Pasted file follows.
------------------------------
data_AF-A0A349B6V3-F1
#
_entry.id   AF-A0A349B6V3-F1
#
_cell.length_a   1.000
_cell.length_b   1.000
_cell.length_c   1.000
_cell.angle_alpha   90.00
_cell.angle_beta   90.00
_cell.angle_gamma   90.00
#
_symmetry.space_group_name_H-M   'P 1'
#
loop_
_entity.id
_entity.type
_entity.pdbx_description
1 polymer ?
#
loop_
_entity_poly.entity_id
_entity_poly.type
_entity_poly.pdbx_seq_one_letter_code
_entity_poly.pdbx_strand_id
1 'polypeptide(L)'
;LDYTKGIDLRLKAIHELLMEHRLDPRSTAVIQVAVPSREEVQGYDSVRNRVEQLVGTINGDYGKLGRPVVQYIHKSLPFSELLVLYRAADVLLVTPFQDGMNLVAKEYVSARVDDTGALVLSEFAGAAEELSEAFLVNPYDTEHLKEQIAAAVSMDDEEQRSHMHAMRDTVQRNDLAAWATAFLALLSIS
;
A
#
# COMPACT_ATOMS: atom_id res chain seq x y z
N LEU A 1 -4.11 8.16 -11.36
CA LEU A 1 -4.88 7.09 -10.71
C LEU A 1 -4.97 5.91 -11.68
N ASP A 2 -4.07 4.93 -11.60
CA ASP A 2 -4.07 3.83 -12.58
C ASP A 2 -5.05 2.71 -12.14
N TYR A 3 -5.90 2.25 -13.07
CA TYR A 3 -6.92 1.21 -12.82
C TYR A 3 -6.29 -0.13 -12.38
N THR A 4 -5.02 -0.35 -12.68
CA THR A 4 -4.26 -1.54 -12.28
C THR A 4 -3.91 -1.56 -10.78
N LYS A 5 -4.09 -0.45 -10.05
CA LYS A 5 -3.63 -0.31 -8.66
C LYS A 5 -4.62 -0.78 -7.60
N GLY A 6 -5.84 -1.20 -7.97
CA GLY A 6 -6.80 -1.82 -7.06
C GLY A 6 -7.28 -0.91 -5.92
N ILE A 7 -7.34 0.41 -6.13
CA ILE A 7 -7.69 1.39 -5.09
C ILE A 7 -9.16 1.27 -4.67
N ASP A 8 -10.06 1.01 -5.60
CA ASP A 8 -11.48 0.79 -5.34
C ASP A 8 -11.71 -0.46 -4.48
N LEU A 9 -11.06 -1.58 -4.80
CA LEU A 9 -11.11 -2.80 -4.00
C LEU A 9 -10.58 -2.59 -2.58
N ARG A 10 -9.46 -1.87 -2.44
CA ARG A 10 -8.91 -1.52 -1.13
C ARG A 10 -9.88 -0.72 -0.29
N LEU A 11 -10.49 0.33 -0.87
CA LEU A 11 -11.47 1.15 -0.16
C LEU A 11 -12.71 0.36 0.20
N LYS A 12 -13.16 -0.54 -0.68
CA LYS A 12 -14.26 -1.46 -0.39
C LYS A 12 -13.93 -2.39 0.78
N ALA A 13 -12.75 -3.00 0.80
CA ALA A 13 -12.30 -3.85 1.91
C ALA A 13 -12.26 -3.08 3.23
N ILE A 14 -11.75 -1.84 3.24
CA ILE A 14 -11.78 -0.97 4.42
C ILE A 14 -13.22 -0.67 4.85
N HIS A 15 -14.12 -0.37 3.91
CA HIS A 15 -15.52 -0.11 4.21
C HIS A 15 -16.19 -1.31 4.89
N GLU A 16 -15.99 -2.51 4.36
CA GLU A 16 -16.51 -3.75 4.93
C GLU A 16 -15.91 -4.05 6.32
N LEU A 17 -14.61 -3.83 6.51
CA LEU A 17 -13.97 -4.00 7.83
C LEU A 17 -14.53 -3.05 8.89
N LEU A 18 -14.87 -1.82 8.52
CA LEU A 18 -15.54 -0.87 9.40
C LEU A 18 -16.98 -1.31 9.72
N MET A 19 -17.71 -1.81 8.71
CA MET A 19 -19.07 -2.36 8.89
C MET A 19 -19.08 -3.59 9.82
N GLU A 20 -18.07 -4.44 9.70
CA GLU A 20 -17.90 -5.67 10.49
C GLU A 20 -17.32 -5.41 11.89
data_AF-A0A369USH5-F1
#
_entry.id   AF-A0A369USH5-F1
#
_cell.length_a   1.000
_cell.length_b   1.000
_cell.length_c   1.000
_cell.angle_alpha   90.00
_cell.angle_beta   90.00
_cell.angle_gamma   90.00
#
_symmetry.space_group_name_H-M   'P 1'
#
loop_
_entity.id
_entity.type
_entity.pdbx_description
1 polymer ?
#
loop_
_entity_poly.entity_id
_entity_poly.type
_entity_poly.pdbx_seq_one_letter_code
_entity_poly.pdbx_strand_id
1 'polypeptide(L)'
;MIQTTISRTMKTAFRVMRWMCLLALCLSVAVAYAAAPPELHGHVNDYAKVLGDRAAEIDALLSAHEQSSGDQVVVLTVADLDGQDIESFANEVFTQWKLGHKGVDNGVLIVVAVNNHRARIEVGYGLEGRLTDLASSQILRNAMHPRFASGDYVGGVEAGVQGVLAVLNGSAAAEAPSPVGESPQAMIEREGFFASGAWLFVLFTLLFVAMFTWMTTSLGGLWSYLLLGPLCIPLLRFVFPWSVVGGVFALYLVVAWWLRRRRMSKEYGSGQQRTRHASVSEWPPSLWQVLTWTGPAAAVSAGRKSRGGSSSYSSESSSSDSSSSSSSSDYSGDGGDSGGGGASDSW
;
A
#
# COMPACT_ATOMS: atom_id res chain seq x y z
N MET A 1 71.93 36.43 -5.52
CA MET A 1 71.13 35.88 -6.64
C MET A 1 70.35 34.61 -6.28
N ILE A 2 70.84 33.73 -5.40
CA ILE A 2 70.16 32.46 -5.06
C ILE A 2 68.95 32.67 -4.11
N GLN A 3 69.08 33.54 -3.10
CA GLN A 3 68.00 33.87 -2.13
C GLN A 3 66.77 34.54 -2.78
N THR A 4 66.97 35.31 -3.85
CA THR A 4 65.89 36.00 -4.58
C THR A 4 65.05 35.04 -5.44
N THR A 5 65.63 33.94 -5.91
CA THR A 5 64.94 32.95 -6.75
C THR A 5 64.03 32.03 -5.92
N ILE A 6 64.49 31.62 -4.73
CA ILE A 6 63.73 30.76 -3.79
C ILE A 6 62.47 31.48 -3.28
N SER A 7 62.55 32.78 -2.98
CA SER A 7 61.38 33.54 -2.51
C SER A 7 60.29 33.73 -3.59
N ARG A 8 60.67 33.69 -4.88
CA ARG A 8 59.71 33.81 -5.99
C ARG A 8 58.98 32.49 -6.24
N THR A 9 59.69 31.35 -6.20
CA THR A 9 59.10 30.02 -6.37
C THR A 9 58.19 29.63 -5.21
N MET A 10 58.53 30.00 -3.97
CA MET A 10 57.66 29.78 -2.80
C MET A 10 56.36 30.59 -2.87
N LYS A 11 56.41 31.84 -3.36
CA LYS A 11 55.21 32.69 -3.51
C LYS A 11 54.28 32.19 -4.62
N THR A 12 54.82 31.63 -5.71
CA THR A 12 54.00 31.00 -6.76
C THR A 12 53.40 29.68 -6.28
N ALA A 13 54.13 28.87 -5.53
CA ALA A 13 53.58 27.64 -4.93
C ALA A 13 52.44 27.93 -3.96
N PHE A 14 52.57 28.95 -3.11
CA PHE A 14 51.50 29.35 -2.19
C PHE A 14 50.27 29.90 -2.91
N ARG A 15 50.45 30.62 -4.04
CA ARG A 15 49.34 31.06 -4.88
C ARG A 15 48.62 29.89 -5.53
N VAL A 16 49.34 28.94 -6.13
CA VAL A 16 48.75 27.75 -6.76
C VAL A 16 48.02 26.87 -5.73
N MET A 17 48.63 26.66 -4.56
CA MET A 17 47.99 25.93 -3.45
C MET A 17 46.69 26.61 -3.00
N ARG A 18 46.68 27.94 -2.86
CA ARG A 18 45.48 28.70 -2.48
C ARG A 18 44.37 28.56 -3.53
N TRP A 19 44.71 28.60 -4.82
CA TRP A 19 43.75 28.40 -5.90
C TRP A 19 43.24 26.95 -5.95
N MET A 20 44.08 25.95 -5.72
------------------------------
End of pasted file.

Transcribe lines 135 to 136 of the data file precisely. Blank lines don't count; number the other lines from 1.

C THR A 5 64.03 32.03 -5.92
N ILE A 6 64.49 31.62 -4.73